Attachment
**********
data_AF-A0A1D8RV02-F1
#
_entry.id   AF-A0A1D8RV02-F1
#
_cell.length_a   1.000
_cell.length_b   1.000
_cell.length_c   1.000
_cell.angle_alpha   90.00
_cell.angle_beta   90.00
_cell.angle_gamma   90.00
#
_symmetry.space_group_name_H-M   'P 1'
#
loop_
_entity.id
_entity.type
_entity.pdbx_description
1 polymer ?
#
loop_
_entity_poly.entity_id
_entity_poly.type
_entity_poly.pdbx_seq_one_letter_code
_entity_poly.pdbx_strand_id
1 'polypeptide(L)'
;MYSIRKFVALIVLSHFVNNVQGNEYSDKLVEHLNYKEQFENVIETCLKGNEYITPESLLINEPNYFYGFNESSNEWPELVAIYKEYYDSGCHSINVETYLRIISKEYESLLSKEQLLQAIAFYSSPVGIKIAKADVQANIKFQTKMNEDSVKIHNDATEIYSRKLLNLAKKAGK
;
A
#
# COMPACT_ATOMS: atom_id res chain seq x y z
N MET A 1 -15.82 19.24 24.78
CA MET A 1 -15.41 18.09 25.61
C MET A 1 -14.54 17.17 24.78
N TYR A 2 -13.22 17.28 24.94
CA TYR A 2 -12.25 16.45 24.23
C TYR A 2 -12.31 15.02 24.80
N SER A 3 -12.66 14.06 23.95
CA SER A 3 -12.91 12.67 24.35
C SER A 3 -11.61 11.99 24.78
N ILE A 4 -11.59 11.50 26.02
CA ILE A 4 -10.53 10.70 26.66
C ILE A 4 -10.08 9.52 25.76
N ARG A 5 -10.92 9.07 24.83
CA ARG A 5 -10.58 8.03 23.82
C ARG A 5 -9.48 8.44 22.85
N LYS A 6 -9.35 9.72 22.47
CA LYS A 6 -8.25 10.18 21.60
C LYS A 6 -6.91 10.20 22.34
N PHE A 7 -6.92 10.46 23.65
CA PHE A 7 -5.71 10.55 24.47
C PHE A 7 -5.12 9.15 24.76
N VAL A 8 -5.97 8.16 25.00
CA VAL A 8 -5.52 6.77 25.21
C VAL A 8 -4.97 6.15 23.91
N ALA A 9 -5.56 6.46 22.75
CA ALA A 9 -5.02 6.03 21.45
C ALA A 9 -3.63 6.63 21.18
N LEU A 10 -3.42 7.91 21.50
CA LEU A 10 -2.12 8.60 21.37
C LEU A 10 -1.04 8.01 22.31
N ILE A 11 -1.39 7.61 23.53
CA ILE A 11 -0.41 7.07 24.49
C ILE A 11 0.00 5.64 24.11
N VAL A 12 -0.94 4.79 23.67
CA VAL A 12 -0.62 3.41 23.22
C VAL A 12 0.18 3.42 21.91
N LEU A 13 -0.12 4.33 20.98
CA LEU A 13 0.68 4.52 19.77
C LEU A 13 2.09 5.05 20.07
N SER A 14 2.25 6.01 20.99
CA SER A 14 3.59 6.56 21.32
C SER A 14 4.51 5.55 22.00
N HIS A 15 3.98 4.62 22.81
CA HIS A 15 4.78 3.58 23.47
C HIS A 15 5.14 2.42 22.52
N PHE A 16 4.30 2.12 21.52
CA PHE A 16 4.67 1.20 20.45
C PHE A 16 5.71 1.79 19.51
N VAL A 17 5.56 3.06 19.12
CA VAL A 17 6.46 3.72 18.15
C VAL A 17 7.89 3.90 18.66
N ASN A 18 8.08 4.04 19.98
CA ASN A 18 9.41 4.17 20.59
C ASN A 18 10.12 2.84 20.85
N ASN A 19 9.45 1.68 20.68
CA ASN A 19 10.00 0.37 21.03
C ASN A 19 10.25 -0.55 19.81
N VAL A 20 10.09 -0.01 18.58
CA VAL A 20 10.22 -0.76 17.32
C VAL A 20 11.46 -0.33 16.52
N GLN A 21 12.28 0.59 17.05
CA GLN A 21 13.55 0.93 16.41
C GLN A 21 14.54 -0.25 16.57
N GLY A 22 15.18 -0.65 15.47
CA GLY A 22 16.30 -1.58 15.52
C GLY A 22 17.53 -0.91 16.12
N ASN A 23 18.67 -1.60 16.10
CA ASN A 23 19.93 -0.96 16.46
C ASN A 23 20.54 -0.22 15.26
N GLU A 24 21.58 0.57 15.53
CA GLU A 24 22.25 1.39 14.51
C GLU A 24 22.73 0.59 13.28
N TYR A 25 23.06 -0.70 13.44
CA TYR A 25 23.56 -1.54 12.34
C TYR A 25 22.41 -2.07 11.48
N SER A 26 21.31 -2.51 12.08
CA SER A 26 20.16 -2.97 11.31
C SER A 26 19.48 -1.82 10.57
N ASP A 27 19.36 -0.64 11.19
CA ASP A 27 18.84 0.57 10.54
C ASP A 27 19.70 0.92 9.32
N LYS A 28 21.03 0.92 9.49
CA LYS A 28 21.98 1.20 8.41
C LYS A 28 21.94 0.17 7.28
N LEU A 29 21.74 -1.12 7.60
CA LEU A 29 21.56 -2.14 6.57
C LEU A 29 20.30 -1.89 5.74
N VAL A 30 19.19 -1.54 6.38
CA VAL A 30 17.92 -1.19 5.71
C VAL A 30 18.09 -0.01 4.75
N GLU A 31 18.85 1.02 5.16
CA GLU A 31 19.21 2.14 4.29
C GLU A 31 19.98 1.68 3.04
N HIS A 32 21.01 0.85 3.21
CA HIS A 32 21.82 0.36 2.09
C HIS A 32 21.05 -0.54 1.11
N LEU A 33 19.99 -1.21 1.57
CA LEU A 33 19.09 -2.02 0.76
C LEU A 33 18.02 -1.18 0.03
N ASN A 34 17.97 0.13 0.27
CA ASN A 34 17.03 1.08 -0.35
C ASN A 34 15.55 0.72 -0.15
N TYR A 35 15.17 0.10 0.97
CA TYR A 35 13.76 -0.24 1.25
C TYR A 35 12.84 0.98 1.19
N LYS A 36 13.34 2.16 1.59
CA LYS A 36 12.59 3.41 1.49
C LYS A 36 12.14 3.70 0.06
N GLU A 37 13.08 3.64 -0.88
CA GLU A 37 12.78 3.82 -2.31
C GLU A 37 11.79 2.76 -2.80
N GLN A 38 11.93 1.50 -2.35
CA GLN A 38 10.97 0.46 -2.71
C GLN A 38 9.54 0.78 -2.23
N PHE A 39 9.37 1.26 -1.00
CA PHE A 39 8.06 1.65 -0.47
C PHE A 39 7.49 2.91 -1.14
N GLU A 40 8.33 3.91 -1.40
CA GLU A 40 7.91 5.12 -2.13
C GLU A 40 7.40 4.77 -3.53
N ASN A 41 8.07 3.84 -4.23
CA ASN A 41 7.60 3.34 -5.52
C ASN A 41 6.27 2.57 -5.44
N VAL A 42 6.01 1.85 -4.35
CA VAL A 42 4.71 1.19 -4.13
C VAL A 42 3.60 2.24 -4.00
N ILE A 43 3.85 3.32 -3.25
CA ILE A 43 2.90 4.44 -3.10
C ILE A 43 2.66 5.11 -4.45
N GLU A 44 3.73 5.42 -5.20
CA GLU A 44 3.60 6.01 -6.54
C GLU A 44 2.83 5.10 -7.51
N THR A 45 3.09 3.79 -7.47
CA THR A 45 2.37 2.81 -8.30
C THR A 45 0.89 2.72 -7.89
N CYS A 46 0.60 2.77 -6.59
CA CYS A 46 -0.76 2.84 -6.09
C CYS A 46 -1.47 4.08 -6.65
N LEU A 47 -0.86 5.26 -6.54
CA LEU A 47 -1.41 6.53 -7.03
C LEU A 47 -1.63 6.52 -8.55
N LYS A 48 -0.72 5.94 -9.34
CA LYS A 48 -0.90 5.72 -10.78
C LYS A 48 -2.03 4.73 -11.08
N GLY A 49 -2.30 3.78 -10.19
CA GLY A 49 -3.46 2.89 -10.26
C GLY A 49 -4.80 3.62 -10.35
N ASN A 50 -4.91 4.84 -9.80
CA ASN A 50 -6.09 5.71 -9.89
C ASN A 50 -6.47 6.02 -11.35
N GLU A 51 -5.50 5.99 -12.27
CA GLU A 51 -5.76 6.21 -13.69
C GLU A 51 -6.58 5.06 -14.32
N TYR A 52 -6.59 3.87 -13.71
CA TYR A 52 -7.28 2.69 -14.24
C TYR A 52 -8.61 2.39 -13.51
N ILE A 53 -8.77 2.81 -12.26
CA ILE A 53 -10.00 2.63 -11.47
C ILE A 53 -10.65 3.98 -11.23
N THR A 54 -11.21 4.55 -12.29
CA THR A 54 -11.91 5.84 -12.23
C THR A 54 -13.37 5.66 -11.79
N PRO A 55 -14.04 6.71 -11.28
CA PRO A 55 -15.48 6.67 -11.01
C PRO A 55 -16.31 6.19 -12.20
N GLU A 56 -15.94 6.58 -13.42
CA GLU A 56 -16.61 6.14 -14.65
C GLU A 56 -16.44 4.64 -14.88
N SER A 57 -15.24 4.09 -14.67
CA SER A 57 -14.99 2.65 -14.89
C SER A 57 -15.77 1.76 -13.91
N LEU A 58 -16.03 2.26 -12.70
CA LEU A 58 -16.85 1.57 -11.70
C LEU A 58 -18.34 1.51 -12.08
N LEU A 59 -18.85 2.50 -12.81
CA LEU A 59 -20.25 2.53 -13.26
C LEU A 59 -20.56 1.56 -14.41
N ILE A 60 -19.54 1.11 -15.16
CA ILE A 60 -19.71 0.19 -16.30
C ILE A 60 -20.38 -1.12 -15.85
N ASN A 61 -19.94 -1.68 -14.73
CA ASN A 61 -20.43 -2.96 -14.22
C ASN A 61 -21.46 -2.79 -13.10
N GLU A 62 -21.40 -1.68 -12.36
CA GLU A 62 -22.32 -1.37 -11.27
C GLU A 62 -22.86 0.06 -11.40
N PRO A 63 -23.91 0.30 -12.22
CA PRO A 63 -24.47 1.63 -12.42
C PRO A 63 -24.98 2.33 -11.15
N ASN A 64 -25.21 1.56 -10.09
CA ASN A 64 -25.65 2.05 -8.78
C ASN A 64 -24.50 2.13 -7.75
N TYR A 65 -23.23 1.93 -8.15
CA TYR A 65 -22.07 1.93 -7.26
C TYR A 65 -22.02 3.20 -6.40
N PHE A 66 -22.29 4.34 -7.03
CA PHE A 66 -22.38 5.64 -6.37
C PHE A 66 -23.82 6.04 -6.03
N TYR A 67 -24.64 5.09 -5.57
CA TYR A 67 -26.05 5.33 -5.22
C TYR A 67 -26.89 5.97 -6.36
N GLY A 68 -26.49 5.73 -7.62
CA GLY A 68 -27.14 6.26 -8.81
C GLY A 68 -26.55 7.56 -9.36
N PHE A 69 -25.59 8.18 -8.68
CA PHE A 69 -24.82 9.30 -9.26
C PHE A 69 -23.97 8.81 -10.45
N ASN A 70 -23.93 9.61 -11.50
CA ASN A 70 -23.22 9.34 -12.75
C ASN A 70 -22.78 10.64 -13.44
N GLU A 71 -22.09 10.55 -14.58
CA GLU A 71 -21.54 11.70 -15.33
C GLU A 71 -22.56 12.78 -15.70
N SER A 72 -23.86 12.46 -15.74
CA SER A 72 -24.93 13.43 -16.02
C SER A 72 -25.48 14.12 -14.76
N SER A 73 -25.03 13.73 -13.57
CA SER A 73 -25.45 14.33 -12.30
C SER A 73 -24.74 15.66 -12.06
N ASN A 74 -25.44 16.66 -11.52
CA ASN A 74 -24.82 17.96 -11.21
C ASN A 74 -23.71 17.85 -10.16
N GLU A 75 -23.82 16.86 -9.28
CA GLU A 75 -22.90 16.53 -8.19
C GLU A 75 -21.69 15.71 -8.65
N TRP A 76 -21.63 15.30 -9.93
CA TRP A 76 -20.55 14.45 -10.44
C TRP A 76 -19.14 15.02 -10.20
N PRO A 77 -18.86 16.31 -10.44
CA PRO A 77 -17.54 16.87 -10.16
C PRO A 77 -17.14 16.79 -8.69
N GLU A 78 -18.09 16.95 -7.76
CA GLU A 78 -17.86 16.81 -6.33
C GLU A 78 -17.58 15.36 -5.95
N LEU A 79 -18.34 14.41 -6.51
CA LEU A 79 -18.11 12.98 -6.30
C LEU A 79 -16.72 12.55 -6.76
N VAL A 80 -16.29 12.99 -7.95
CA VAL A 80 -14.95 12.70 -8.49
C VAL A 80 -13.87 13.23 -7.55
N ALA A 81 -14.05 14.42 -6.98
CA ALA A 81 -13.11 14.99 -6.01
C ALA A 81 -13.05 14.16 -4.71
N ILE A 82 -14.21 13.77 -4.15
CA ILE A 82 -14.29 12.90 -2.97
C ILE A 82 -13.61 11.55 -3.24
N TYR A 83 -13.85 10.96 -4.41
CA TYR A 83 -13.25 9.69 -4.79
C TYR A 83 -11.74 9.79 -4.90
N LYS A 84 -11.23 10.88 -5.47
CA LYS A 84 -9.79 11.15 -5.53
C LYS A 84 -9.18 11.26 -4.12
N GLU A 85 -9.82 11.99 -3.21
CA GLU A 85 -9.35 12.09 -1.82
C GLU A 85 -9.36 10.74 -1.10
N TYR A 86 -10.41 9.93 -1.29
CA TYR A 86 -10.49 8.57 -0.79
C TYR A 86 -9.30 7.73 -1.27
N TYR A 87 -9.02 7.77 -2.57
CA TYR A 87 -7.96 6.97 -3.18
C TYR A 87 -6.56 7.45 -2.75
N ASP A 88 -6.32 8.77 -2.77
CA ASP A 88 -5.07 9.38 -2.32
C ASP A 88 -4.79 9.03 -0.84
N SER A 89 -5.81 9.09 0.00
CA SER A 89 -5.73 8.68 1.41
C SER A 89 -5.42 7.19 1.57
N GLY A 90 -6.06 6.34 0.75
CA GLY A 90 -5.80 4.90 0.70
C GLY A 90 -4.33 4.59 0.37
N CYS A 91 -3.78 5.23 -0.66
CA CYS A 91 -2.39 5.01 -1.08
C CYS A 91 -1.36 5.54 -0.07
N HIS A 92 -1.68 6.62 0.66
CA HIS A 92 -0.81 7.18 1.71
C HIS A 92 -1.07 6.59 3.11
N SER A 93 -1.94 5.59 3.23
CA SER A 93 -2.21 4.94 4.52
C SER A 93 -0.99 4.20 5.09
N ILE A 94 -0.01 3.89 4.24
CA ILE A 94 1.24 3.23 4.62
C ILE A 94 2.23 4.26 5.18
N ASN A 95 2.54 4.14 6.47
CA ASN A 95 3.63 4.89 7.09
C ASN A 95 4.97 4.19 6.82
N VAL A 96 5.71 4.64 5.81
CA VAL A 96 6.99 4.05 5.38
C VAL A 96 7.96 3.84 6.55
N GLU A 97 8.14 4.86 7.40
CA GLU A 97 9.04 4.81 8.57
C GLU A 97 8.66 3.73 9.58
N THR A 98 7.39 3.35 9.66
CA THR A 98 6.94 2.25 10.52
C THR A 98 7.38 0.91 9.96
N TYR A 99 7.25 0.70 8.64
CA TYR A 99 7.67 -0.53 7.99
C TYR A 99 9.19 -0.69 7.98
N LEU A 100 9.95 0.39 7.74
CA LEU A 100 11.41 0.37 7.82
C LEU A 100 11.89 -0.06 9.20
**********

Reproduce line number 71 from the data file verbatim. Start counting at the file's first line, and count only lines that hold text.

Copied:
CA SER A 14 3.59 6.56 21.32